As social media comes to play a growing role in personal and working life, professionals need to understand how it can impact their efforts to secure a new job.
When an employer has a number of prospects they may search for them on social media before hiring, and this may impact their decision to interview or offer a role to a candidate.
So how can you make the most of social media in developing your career while avoiding any negative impact to your online profile?
LinkedIn is widely regarded as one of the key professional social media platforms, a place for professionals to engage with others in their field, discuss topics relating to their industry and build their online reputation.
Many employers will look at LinkedIn first to get a snapshot of a person; it’s key to ensure that your LinkedIn profile is fully completed and up to date, including your education and job history.
Use your profile to highlight key responsibilities and accomplishments in your career to grab the attention of an employer. Here are some of our key tips to ensure your profile stands out:
- Join and contribute to groups relevant to your field.
- Recommendations and endorsements from colleagues or previous employers can also help to make you a more attractive hire to employers. It allows them to see what others perceive your strengths to be.
- When unemployed change your profile to ‘actively seeking new opportunities.’
- Ensure you tailor your targeted job alerts to occupation and location.
Most employers believe Facebook should be used for personal interactions and not professional.Most employers believe Facebook should be used for personal interactions and not professional. Ensuring that your Facebook page is not accessible to anyone outside your social circle is a sensible precaution. Some key steps to making sure you’ve kept your profile private are:
- Know what others can see on your page.
- Stay up to date on Facebook’s privacy settings.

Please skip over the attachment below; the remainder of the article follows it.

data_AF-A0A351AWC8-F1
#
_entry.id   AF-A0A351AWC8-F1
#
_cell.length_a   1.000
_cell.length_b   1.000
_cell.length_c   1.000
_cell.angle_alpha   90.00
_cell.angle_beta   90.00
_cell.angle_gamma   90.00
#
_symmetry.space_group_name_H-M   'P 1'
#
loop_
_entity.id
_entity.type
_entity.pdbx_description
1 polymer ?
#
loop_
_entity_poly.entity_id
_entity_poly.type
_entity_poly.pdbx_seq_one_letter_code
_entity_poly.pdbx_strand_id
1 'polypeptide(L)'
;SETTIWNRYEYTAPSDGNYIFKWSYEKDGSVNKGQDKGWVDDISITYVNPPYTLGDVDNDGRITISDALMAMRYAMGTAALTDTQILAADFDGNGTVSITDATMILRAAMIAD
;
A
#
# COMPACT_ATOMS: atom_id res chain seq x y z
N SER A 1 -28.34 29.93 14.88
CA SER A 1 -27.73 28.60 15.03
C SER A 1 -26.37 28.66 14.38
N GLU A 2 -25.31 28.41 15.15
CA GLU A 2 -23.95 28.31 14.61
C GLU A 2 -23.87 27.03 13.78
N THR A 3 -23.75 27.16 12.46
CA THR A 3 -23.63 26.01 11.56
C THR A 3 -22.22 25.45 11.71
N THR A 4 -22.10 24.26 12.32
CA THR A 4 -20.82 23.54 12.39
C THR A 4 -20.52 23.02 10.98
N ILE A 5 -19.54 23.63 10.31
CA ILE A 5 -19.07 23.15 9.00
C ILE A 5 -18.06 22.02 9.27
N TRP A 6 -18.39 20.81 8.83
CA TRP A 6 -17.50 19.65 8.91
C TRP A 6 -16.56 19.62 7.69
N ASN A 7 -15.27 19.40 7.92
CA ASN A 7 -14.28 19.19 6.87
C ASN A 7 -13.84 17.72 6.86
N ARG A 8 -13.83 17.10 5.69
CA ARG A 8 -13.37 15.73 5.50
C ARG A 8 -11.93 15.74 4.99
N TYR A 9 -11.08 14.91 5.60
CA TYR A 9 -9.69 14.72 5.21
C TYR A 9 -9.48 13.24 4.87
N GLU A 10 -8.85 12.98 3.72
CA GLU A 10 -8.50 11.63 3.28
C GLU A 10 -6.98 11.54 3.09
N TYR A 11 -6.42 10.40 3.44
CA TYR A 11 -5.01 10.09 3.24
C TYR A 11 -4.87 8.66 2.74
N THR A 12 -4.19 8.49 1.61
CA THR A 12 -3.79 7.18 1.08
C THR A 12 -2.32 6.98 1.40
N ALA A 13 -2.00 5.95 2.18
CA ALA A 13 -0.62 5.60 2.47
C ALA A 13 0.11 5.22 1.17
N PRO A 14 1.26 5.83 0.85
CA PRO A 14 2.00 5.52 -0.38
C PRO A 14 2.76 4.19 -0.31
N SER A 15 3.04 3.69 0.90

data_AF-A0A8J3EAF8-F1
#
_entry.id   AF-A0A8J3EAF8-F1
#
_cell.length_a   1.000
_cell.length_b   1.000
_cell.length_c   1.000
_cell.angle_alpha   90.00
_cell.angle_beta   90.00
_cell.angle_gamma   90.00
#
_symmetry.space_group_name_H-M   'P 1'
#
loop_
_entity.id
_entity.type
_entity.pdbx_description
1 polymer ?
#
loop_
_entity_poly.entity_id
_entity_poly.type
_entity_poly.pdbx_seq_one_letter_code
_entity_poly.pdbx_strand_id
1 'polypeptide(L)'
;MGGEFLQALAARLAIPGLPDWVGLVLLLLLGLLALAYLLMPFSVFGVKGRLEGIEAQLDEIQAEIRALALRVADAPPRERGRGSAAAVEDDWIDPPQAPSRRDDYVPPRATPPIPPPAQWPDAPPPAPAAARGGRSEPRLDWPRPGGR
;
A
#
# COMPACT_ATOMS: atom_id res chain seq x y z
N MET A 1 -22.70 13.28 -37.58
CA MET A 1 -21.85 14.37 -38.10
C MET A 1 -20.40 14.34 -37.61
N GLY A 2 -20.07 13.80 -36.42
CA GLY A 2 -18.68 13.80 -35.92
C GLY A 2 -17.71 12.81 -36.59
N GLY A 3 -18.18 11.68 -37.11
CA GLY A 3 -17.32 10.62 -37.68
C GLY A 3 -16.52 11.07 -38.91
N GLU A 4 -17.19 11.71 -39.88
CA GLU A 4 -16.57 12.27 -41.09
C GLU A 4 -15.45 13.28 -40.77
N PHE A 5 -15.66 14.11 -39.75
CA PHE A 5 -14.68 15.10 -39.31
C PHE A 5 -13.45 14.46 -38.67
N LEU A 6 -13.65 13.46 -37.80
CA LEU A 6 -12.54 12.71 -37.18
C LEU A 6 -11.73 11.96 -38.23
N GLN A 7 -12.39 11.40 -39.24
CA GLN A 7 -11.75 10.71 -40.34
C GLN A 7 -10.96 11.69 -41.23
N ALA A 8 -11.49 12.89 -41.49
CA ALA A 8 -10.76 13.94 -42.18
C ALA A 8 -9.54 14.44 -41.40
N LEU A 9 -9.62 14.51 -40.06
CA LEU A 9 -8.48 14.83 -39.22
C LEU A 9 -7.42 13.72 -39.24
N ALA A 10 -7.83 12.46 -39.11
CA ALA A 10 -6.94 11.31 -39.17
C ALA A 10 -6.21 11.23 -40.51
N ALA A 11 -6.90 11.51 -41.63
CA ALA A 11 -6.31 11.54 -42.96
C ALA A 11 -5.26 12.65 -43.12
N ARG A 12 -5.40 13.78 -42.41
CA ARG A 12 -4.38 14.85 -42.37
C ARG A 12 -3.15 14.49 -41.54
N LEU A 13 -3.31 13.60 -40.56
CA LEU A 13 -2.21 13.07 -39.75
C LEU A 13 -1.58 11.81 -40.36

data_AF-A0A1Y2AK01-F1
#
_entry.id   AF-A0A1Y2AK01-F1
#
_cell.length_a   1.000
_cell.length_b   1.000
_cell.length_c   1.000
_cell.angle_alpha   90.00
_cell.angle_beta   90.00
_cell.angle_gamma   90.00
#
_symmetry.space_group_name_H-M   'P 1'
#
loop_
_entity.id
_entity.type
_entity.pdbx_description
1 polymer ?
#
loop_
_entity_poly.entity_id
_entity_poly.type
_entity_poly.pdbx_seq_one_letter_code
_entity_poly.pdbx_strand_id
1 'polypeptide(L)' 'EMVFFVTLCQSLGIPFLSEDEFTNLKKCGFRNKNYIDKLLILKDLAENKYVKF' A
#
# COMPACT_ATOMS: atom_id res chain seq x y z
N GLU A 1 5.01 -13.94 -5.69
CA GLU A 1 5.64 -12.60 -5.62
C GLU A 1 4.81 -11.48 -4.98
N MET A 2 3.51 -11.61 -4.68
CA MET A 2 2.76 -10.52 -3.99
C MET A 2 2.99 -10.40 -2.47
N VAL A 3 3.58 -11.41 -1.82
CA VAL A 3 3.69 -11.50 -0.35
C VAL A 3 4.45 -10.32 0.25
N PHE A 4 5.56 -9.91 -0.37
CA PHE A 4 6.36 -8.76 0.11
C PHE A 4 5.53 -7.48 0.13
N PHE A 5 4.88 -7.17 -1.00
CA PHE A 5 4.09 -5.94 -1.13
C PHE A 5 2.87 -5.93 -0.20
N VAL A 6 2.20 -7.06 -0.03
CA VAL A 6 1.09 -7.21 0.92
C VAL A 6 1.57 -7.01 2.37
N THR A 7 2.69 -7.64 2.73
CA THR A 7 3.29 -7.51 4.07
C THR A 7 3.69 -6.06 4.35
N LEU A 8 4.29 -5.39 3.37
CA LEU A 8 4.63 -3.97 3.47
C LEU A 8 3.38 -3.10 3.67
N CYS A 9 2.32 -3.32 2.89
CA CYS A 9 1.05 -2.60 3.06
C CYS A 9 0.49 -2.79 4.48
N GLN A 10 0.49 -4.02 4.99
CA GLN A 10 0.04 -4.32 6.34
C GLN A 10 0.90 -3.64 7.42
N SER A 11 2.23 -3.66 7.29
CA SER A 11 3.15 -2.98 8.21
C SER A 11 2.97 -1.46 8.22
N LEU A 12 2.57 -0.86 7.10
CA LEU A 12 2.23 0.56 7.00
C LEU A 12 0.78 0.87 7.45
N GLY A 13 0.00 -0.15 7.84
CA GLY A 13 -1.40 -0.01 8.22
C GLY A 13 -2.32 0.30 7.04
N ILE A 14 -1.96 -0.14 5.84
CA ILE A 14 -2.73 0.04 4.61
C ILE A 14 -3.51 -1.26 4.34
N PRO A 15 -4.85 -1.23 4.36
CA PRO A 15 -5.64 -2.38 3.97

- Make sure to keep your photographs, posts and tags hidden.
- Remove your Facebook page from Google searches.
If you choose to have a public profile, make sure that you do not post anything that you would not be comfortable with your employer seeing.
Even after you have a job, be cautious not to use Facebook to write grievances about your workplace. If there is something bothering you speak to your manager about the issue so they can help resolve it.
Unless you work in a marketing, digital or communications role, Twitter is also considered more appropriate for personal use.
If you do work in a sector where having a Twitter voice can be a valuable asset, you are still able to hide who you follow and who follows you by creating private lists. This will allow employers to view what you are tweeting but no details about those connected to you.
For professionals in other fields who have a wholly personal Twitter presence, protecting your account may be important. It is possible to hide personal information from the public on the platform including your tweets, tweets you’re tagged in, people you follow, and people who follow you.
Following these steps can decrease the chance of an employer deciding you’re not right for the job before even interviewing you.
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